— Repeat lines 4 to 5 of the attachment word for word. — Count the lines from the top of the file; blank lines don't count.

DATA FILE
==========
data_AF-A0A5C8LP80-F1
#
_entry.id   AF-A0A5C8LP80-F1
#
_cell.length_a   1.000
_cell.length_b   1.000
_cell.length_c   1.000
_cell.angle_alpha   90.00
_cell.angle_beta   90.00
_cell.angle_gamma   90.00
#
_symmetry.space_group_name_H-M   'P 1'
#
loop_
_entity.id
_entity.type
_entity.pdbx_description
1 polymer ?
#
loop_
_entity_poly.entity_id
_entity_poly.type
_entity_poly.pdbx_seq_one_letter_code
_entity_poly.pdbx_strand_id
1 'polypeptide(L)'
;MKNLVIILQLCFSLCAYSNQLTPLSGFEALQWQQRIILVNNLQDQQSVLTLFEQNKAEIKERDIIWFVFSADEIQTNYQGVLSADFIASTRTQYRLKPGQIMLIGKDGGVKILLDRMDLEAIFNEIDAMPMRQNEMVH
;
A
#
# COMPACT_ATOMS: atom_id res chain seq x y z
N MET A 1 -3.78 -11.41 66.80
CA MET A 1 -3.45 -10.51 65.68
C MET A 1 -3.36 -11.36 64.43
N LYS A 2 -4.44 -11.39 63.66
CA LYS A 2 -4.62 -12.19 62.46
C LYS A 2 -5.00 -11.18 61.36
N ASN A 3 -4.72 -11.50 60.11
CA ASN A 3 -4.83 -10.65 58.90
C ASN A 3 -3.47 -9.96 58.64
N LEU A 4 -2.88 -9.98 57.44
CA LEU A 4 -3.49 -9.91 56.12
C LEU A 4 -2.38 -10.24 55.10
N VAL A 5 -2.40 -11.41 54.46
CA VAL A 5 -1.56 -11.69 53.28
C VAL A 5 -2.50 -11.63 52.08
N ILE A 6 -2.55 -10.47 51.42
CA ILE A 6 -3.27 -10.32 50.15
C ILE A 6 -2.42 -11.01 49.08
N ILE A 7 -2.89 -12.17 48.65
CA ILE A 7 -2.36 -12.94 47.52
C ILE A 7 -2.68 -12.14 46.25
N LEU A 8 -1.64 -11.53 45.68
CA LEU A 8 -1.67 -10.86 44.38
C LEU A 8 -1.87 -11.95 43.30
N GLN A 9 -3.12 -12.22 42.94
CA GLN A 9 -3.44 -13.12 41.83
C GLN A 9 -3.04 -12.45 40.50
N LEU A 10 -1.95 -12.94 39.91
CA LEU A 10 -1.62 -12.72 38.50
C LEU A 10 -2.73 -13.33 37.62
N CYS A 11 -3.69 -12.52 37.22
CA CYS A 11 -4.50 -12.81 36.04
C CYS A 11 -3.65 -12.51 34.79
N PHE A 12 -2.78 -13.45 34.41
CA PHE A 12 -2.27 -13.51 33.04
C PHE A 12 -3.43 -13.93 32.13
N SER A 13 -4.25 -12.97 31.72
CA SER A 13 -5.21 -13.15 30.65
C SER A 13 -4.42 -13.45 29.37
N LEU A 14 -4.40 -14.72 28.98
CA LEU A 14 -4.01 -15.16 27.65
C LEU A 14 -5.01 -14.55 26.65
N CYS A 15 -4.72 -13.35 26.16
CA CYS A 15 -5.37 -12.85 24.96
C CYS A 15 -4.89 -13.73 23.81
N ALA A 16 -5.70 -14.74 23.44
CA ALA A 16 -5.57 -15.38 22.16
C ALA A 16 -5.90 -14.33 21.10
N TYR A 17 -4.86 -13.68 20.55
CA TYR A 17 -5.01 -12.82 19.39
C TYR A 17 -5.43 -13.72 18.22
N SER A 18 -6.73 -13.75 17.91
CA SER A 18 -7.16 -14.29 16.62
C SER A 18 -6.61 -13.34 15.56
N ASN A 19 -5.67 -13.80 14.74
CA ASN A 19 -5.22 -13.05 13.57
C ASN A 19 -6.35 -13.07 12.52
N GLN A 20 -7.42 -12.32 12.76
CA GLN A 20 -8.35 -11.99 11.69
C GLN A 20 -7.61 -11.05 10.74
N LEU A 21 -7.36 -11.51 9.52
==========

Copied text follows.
#
_cell.length_a   1.000